Shaggy Crayfish (Procambarus hirsutus), Tank-Bred!
The Shaggy Crayfish is a smaller Procambarus species with unique coloration and a very limited native range!
The Shaggy Crayfish (Procambarus hirsutus) is an extremely rare crayfish that displays highly variable, but always beautiful coloration, ranging from a brown to blue base with orange to pink spotting! Its common name refers to the hair-like growth on its rostrum. This crayfish is almost never available in the US aquarium trade and it has a very small native range in a few rivers and streams of central and southern South Carolina in the United States. It is significantly smaller than most of its relatives.
The Shaggy Crayfish is a somewhat reclusive species, but like many crayfish, it often becomes more outgoing as it reaches adulthood and is well-established in the home aquarium. It is important that ample hiding places such as rockwork, driftwood, or PVC pipes be provided. This is even more crucial when housing multiple crayfish in the same tank. Due to the size and waste production of this crayfish, a minimum 20-gallon, well-filtered aquarium is necessary for one adult or pair. A larger aquarium can house multiple adults of similar size if proper care and cover are provided. This is a reasonably hardy animal, but regular water changes are vital to its optimal health. Other bottom-dwelling invertebrates and fish should not be kept with this crayfish. It is possible to keep mid- and upper-level, fast-swimming fish with the Shaggy Crayfish, but crayfish are opportunistic feeders and will generally eat whatever they can catch.
As with all of our crayfish, the coloration of the Shaggy Crayfish is EXTREMELY high quality. This crayfish may TEMPORARILY change color and hide more than usual after molting, which may occur during shipping. If your crayfish has faded color and you find a molt in the bag or in your aquarium, do not worry; this is normal and the bright color will return in 2 weeks or less.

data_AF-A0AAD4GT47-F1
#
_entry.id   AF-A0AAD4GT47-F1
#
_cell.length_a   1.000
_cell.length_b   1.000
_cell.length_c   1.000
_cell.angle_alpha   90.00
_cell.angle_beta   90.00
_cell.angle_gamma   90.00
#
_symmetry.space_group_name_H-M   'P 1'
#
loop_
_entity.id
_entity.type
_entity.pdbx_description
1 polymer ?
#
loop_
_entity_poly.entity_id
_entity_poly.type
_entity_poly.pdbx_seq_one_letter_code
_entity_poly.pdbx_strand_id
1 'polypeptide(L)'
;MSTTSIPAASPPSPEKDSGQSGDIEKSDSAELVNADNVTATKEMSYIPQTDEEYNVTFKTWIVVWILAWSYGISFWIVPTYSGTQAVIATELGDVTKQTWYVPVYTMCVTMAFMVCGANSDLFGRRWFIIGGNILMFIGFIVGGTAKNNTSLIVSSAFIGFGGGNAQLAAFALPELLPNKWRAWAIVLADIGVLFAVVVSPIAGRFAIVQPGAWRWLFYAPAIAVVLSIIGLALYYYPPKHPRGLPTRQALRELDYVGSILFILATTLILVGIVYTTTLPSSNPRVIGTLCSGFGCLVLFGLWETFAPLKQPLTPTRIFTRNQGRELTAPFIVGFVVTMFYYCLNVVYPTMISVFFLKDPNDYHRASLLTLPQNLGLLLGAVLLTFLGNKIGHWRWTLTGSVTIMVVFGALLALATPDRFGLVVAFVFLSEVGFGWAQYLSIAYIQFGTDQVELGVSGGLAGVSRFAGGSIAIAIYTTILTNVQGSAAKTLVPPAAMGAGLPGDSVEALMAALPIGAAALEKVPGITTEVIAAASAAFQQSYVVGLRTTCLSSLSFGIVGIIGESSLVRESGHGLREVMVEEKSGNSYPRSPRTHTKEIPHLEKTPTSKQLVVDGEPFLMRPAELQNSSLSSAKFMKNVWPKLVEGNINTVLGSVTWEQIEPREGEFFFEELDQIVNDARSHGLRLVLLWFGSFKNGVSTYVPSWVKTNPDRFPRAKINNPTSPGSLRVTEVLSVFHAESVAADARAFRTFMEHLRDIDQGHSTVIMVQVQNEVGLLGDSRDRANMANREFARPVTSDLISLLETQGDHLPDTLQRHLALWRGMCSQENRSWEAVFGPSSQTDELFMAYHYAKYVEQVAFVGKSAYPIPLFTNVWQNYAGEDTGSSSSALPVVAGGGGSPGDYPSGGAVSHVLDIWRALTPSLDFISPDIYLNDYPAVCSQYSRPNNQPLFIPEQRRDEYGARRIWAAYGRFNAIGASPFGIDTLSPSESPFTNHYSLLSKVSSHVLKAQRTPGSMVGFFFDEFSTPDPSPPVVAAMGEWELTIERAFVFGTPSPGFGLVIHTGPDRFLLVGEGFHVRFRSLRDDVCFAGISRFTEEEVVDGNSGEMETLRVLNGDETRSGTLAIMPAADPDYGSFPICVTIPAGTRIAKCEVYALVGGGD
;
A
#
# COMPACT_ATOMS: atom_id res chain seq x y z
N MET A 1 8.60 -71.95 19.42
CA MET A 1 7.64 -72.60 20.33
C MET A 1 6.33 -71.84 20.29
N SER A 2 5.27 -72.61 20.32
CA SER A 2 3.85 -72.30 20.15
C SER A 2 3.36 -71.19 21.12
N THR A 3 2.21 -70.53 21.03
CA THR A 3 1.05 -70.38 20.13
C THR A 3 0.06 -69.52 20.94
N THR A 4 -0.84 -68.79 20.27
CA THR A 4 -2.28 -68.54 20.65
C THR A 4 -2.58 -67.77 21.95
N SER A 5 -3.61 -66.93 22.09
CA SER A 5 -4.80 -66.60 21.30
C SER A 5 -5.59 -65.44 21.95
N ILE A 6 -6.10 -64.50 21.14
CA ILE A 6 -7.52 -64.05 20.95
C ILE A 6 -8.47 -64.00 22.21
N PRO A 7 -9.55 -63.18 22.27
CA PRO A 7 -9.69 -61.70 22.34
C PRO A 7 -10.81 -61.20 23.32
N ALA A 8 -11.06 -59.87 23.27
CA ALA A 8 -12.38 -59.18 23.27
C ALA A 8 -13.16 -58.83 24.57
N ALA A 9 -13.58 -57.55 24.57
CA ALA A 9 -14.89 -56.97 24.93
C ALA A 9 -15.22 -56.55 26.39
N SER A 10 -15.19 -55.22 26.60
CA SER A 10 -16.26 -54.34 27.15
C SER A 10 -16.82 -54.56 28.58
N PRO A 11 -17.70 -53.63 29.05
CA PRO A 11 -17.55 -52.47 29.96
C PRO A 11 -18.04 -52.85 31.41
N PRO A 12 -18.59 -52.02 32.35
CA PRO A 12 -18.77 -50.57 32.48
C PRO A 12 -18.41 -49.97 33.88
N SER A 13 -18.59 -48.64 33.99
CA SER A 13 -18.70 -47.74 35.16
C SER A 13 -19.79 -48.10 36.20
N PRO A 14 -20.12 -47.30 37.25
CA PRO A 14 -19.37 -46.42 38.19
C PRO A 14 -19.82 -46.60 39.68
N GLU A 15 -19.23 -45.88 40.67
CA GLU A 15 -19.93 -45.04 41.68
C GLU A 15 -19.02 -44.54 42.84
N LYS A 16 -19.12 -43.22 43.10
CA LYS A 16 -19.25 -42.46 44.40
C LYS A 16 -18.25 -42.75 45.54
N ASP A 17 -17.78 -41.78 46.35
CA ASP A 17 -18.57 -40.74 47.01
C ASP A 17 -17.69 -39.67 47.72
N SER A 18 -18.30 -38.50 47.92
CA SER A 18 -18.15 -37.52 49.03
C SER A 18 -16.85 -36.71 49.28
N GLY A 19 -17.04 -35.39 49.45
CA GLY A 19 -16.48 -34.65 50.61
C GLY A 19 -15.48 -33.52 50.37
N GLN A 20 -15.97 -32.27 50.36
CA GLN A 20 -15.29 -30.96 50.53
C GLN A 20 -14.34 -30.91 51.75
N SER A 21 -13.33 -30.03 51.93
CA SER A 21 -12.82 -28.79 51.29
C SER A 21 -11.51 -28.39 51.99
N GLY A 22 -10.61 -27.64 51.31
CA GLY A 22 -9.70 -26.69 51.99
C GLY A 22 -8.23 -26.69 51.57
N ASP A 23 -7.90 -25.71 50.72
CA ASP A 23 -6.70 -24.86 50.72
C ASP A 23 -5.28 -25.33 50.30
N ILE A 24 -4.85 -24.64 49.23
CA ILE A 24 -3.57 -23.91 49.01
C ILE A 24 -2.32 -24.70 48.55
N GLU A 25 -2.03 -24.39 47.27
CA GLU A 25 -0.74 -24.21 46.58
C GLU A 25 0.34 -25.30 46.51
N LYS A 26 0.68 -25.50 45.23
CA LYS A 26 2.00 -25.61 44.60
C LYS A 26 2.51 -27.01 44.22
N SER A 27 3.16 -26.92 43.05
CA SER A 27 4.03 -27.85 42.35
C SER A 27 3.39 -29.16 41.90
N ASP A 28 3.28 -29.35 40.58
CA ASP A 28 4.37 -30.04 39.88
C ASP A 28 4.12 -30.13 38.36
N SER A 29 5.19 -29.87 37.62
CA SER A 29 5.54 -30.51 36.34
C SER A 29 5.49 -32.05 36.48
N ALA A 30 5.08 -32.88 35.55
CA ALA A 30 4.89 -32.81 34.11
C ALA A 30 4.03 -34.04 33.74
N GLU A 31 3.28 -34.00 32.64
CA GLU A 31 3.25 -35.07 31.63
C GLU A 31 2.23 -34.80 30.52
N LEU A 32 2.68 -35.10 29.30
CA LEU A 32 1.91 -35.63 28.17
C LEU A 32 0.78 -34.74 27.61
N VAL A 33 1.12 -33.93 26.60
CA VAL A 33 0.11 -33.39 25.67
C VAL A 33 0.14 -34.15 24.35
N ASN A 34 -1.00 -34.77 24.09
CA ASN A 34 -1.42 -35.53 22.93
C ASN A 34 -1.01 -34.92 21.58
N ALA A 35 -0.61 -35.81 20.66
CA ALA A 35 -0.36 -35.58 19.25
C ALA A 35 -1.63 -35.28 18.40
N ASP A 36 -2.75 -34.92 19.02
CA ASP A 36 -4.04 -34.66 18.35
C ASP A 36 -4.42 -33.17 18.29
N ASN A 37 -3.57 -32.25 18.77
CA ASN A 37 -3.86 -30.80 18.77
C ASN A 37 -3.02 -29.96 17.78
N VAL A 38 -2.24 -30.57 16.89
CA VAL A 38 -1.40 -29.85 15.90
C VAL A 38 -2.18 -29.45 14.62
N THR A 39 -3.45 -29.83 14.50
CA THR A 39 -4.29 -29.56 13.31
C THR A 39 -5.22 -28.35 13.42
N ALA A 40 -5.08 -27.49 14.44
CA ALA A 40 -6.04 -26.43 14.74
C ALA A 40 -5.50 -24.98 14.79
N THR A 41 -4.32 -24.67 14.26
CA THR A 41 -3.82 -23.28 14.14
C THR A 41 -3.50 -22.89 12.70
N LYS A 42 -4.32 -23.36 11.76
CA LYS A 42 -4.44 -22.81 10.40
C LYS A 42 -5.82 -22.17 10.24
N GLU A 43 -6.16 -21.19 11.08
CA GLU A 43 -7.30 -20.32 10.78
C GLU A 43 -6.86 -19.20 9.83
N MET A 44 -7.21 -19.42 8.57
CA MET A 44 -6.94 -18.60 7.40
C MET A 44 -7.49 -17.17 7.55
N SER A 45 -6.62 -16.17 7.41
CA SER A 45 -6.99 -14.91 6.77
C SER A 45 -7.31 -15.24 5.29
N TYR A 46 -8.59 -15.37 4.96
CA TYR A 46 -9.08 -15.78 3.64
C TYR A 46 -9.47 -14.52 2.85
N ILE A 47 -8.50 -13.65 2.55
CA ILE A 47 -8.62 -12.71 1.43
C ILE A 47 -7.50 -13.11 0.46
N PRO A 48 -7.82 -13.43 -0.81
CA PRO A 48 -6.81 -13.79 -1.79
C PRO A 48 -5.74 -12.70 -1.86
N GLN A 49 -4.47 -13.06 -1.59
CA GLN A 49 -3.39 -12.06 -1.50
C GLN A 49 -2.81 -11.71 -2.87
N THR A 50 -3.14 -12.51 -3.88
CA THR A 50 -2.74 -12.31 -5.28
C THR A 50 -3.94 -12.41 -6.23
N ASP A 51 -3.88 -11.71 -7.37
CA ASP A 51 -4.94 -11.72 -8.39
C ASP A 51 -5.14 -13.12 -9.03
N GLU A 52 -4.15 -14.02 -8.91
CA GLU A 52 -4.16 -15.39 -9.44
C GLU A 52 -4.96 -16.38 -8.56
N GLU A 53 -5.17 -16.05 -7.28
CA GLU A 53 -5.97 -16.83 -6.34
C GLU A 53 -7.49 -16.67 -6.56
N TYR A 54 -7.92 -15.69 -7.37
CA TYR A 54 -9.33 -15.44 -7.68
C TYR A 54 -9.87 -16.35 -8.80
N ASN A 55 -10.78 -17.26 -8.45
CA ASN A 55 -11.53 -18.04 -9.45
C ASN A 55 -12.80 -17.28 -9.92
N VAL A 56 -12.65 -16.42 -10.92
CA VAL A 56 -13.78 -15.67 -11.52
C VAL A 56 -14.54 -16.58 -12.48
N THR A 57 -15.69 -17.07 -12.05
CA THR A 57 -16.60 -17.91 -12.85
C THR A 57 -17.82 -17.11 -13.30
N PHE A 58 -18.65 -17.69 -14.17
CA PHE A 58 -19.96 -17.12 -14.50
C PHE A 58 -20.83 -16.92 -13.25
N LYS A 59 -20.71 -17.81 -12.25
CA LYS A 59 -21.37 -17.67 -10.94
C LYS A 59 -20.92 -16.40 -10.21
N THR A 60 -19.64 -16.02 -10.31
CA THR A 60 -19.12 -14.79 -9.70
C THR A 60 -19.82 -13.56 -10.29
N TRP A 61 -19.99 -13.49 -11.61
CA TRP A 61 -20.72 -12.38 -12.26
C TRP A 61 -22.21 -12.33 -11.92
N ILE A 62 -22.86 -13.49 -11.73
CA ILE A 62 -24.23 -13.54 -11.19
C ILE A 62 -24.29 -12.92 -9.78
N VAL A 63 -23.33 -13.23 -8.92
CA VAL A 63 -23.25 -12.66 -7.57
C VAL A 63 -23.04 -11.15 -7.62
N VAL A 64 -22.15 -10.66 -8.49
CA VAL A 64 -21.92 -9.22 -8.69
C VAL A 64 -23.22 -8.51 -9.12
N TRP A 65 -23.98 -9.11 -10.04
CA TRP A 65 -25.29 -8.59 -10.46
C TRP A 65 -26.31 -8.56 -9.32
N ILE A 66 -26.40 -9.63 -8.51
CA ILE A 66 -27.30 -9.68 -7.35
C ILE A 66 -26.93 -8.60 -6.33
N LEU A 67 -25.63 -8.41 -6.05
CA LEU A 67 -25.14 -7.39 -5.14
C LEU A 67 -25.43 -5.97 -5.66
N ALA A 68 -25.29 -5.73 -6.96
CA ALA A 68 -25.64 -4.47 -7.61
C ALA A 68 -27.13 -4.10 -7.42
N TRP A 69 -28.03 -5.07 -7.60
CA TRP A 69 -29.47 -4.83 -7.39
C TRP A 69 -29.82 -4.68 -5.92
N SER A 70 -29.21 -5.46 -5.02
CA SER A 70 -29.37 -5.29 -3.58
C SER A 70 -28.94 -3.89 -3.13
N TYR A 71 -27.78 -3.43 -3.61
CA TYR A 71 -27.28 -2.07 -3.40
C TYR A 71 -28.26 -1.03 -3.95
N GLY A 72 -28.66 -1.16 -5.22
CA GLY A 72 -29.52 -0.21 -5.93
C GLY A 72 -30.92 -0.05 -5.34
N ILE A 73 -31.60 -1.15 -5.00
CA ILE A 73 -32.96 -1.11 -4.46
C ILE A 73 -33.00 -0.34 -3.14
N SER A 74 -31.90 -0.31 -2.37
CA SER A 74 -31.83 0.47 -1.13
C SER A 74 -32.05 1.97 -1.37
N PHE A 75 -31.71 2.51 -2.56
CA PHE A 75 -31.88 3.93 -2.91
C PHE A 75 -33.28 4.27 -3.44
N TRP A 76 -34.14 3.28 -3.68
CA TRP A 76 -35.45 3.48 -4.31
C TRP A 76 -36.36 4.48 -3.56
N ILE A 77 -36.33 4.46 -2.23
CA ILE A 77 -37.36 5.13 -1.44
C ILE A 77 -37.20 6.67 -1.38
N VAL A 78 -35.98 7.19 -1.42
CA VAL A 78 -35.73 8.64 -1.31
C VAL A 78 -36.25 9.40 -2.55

*IMPORTANT* Please "Choose a Variant" above before adding this crayfish to your cart. The variants we're currently offering are:
- 1 Subadult Male - 1+ inch Subadult
- 1 Subadult Female - 1+ inch Subadult
- 1 Subadult Male/Female Pair - 1+ inch Subadults (We guarantee a very high-quality, near-breeding age young adult male/female crayfish pair for this listing)
- 1 B-Grade Subadult - 1+ inch Subadult (All of our “B-Grade” crayfish are simply specimens that are missing legs or claws. Loss of appendages is not permanent and happens commonly with crustaceans. They are completely healthy with excellent coloration and will completely regenerate lost appendages within 1 to 2 molts (about 2 to 3 months)
What We Like About This Crayfish:
- Exceptional coloration
- Small adult size
- Rare and unique
- Excellent scavenger
- Will breed in the aquarium
RECOMMENDED TANK PARAMETERS:
- Temperature: 65 - 77° F (18.3 - 25° C)
- pH: 6.5 - 7.5
- KH: 6 - 15 dKH
- Minimum tank size: 20 gallons for a single specimen or pair, 40+ gallons for multiple specimens.
- Diet: Omnivorous. High-quality sinking pellets, plants, and freeze-dried or frozen foods will be readily accepted. GlasGarten Mineral Junkie Pearls or Cuttlebone should be added to the aquarium to supplement calcium, which will aid in exoskeleton production.
- Social behavior: Can be aggressive/territorial with its own kind. Crayfish will typically eat whatever they can catch, but since they are slow-moving, they are not often able to harm fast-moving fish.
Tank-bred, but indigenous to central and southern South Carolina, United States
Average adult size: 2 - 3 inches (5 - 7.6 cm)
Average purchase size
1 inch (2.5 cm) for subadults
- Recommended Aquatic Arts tank mates: Fast-moving fish (such as Celestial Pearl Danios, Rasboras, Guppies, etc.). While dwarf shrimp can be kept successfully with these crayfish, caution should be exercised, as the crayfish have been known to catch and eat slow, sick, or particularly small shrimp. Most cichlids can be aggressive toward crayfish and should not be kept in the same tank. Bottom-dwelling tankmates should also be avoided.